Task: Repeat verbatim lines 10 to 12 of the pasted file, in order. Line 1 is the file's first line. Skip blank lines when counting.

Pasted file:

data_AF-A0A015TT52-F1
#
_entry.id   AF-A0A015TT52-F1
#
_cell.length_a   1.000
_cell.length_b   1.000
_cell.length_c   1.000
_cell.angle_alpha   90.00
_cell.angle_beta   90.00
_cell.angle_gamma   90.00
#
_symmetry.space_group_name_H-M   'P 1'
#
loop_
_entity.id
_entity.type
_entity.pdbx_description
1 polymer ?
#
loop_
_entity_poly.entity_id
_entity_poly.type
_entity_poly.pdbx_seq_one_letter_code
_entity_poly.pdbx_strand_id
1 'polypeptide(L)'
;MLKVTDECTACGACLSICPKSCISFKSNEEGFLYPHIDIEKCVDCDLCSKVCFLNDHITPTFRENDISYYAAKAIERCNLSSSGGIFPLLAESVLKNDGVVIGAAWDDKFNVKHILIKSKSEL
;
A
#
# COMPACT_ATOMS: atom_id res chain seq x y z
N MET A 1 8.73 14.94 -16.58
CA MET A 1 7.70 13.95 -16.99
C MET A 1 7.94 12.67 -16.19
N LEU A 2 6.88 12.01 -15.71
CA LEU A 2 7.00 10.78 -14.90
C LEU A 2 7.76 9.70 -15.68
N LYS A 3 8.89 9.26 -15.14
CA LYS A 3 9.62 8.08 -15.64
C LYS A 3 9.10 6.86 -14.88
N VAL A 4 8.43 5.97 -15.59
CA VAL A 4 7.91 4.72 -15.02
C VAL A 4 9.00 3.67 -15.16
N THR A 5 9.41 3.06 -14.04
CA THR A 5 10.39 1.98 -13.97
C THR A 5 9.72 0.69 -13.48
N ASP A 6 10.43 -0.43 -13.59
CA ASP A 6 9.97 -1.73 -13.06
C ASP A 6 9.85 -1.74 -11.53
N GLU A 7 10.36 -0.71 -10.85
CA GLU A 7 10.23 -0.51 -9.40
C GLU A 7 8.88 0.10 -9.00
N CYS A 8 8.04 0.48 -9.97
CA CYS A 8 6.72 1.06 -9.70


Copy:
_cell.angle_gamma   90.00
#
_symmetry.space_group_name_H-M   'P 1'